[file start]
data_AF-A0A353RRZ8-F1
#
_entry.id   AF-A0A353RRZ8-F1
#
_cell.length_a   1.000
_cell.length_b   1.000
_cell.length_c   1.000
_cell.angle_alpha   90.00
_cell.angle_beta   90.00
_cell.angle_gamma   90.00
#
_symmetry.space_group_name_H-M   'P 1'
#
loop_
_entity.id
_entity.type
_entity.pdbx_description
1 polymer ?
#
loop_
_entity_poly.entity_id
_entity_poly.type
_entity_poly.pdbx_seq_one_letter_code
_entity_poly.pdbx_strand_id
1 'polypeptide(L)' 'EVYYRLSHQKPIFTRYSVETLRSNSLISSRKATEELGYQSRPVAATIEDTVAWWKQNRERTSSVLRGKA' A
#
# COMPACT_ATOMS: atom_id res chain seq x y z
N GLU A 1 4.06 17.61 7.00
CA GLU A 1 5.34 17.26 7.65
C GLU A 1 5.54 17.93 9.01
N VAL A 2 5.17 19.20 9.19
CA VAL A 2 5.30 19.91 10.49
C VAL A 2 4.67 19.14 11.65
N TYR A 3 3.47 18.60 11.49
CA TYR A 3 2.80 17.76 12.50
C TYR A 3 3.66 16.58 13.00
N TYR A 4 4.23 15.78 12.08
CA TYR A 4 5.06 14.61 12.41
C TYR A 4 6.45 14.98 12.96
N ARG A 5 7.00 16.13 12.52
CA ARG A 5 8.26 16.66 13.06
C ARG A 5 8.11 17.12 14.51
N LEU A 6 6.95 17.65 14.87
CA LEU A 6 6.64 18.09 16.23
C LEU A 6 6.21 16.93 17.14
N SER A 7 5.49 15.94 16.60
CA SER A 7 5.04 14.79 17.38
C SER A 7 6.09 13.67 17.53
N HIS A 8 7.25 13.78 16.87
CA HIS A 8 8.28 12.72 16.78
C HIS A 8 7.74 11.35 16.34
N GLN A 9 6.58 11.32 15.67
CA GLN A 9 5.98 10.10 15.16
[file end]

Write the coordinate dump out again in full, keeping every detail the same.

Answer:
data_AF-A0A353RRZ8-F1
#
_entry.id   AF-A0A353RRZ8-F1
#
_cell.length_a   1.000
_cell.length_b   1.000
_cell.length_c   1.000
_cell.angle_alpha   90.00
_cell.angle_beta   90.00
_cell.angle_gamma   90.00
#
_symmetry.space_group_name_H-M   'P 1'
#
loop_
_entity.id
_entity.type
_entity.pdbx_description
1 polymer ?
#
loop_
_entity_poly.entity_id
_entity_poly.type
_entity_poly.pdbx_seq_one_letter_code
_entity_poly.pdbx_strand_id
1 'polypeptide(L)' 'EVYYRLSHQKPIFTRYSVETLRSNSLISSRKATEELGYQSRPVAATIEDTVAWWKQNRERTSSVLRGKA' A
#
# COMPACT_ATOMS: atom_id res chain seq x y z
N GLU A 1 4.06 17.61 7.00
CA GLU A 1 5.34 17.26 7.65
C GLU A 1 5.54 17.93 9.01
N VAL A 2 5.17 19.20 9.19
CA VAL A 2 5.30 19.91 10.49
C VAL A 2 4.67 19.14 11.65
N TYR A 3 3.47 18.60 11.49
CA TYR A 3 2.80 17.76 12.50
C TYR A 3 3.66 16.58 13.00
N TYR A 4 4.23 15.78 12.08
CA TYR A 4 5.06 14.61 12.41
C TYR A 4 6.45 14.98 12.96
N ARG A 5 7.00 16.13 12.52
CA ARG A 5 8.26 16.66 13.06
C ARG A 5 8.11 17.12 14.51
N LEU A 6 6.95 17.65 14.87
CA LEU A 6 6.64 18.09 16.23
C LEU A 6 6.21 16.93 17.14
N SER A 7 5.49 15.94 16.60
CA SER A 7 5.04 14.79 17.38
C SER A 7 6.09 13.67 17.53
N HIS A 8 7.25 13.78 16.87
CA HIS A 8 8.28 12.72 16.78
C HIS A 8 7.74 11.35 16.34
N GLN A 9 6.58 11.32 15.67
CA GLN A 9 5.98 10.10 15.16